Six farm managers from a fodder-growing area in eastern Switzerland took part in a focus-group interview examining how various forms of collective farming were perceived. Although it is not possible to generalise on the statements made at the interview, a number of illuminating attitudes and thought patterns were discerned: the farm managers viewed the intense collective forms of partial farming collective and farming collective from a number of angles, perceiving advantages and disadvantages in both. Nevertheless, the drawbacks outweighed the benefits, and it is becoming clear that neither form of collective represents an obvious choice for the farm managers, or is supported by the social environment.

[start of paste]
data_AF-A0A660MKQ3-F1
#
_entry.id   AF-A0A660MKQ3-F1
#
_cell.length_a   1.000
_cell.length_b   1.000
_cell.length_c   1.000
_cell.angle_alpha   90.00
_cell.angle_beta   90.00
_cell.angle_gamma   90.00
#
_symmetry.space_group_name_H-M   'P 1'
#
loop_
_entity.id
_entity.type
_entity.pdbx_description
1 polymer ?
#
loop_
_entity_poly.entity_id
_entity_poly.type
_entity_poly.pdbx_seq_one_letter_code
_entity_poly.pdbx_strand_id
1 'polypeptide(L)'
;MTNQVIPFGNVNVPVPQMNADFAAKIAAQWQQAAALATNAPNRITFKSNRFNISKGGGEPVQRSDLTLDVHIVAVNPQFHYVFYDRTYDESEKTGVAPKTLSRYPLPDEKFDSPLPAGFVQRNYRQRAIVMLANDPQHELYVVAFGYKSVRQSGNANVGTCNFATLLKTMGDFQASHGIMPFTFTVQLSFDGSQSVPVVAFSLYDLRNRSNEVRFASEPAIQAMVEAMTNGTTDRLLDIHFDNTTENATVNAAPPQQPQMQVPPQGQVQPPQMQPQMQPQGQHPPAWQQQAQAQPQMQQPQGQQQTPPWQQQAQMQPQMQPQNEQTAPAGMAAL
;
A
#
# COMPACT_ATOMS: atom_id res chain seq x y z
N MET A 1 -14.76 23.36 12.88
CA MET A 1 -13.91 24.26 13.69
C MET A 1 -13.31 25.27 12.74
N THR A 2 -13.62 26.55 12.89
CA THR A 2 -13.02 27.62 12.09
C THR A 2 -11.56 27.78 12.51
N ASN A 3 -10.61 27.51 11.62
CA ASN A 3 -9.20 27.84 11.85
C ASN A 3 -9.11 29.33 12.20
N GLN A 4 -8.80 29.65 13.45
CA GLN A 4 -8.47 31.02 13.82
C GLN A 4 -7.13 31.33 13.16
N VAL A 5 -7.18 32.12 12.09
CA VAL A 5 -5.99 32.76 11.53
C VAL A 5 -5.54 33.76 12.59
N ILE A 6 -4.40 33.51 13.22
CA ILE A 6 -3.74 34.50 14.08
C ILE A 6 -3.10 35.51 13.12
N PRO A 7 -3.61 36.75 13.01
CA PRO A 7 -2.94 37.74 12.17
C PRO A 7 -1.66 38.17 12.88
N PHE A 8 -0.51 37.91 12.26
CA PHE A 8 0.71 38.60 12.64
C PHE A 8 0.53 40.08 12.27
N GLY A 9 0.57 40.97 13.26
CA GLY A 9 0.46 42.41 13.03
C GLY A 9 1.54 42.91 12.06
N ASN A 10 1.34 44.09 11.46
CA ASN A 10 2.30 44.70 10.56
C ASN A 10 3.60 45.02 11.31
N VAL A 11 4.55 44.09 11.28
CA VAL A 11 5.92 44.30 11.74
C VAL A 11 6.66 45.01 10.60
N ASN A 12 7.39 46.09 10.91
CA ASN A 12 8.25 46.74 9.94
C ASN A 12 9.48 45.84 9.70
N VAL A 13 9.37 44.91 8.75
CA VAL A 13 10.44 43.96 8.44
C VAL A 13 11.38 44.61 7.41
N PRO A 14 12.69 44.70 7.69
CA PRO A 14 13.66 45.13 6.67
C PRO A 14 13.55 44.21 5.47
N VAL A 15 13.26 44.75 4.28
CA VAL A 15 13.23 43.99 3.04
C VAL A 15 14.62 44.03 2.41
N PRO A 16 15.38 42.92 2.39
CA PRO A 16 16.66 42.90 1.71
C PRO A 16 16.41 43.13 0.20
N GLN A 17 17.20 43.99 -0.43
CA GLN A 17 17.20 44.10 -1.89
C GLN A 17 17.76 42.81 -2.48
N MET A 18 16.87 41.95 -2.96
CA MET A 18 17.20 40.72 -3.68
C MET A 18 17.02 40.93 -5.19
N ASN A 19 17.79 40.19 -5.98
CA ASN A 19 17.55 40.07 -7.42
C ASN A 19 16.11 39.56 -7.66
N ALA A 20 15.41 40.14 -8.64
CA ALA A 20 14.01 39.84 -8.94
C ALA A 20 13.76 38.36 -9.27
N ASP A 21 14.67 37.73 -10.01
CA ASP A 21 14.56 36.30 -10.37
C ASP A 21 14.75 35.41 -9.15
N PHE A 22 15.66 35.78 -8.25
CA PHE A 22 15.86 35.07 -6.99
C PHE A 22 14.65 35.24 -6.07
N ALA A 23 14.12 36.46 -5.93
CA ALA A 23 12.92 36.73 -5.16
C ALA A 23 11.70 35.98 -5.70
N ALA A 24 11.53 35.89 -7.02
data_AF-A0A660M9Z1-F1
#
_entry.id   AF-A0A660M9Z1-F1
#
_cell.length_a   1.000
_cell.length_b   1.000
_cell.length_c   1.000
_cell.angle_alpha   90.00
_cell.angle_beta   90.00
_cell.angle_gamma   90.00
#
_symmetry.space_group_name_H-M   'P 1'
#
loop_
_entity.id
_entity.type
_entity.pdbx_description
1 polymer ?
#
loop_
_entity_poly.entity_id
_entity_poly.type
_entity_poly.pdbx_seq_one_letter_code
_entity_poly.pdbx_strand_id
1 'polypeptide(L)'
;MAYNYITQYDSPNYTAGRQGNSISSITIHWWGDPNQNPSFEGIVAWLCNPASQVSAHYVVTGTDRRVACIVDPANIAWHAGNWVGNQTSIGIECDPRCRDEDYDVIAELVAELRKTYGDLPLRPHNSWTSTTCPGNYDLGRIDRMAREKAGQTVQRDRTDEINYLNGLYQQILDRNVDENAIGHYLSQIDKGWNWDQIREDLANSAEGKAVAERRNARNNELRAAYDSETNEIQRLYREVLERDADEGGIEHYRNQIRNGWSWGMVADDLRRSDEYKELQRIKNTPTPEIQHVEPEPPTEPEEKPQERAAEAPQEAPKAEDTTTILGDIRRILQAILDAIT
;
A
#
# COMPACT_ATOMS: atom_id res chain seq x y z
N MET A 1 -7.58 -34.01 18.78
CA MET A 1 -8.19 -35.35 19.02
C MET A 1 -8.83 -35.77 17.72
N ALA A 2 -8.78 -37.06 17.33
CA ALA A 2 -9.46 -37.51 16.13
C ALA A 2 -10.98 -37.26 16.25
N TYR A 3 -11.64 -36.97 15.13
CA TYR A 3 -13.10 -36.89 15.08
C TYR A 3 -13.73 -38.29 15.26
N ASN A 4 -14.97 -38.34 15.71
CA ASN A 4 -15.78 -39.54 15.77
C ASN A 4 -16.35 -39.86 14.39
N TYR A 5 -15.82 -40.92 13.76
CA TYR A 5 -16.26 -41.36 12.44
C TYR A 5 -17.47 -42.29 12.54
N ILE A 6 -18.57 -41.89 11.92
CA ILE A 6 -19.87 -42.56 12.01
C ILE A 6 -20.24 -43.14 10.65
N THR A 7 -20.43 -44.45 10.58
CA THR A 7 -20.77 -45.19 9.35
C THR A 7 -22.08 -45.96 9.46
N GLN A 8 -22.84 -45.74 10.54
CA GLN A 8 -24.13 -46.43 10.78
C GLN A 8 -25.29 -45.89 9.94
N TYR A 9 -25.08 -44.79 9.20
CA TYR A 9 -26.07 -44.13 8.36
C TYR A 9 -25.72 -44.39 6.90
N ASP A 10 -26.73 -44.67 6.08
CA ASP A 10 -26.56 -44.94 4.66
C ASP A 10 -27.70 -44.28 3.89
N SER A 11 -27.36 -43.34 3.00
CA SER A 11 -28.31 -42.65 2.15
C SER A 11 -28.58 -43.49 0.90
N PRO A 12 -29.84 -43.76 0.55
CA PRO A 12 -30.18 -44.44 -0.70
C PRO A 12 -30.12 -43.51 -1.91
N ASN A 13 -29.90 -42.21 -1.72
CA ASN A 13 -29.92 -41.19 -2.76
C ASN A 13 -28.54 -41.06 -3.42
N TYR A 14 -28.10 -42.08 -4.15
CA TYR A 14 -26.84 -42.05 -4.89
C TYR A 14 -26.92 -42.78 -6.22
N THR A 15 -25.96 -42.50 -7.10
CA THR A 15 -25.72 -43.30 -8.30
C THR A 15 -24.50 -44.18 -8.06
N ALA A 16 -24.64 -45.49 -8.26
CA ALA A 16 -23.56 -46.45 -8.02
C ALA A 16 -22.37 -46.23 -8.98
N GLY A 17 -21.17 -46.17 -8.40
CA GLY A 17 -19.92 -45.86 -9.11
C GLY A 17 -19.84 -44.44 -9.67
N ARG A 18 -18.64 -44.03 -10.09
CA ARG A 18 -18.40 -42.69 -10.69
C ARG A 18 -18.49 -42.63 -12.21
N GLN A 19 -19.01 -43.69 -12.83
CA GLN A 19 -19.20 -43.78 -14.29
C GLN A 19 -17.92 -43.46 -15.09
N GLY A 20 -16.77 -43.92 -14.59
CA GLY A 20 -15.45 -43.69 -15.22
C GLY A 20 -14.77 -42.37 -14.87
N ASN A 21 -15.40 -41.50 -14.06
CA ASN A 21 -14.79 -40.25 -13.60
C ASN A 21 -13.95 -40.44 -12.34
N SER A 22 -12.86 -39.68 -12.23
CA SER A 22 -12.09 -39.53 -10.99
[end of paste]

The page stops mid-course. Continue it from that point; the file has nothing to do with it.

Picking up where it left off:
Thanks to their unique landscapes, the 15 Swiss parks, the majority of which are located in the (pre-)Alps and in the Jura Arc, feature as tourist attractions. But do the parks also provide economic value-added for local agriculture?
To balance their nutrient cycles, Swiss farms export surplus farmyard manure to farms with free uptake capacities or to composting and anaerobic digestion facilities. Between 2015 and 2020 the volumes of organic manure and recycled fertilisers transported rose significantly, with a consequent increase in transport costs.
Employment in the agricultural sector is declining in many European countries, especially in livestock farming. Direct payments can counter this trend and lead to the employment of more – especially female – family members on the farm.